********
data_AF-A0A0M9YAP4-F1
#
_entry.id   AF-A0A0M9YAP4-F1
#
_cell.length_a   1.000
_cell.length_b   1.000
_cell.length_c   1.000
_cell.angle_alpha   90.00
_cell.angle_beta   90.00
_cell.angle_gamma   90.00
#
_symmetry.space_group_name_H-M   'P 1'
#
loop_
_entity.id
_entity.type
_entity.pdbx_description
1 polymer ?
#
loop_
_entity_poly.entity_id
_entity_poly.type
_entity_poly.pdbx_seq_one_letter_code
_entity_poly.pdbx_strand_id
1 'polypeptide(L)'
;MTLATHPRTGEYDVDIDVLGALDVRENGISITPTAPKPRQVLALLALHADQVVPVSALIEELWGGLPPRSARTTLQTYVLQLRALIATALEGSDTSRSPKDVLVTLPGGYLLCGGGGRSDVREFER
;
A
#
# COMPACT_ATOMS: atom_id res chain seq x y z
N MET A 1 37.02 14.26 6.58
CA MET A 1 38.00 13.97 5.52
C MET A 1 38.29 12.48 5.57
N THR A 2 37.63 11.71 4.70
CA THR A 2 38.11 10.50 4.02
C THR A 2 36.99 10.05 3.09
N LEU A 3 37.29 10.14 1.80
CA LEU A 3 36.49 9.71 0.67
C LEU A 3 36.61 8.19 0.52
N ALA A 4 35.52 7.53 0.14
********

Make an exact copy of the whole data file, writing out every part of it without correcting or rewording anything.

data_AF-A0A0M9YAP4-F1
#
_entry.id   AF-A0A0M9YAP4-F1
#
_cell.length_a   1.000
_cell.length_b   1.000
_cell.length_c   1.000
_cell.angle_alpha   90.00
_cell.angle_beta   90.00
_cell.angle_gamma   90.00
#
_symmetry.space_group_name_H-M   'P 1'
#
loop_
_entity.id
_entity.type
_entity.pdbx_description
1 polymer ?
#
loop_
_entity_poly.entity_id
_entity_poly.type
_entity_poly.pdbx_seq_one_letter_code
_entity_poly.pdbx_strand_id
1 'polypeptide(L)'
;MTLATHPRTGEYDVDIDVLGALDVRENGISITPTAPKPRQVLALLALHADQVVPVSALIEELWGGLPPRSARTTLQTYVLQLRALIATALEGSDTSRSPKDVLVTLPGGYLLCGGGGRSDVREFER
;
A
#
# COMPACT_ATOMS: atom_id res chain seq x y z
N MET A 1 37.02 14.26 6.58
CA MET A 1 38.00 13.97 5.52
C MET A 1 38.29 12.48 5.57
N THR A 2 37.63 11.71 4.70
CA THR A 2 38.11 10.50 4.02
C THR A 2 36.99 10.05 3.09
N LEU A 3 37.29 10.14 1.80
CA LEU A 3 36.49 9.71 0.67
C LEU A 3 36.61 8.19 0.52
N ALA A 4 35.52 7.53 0.14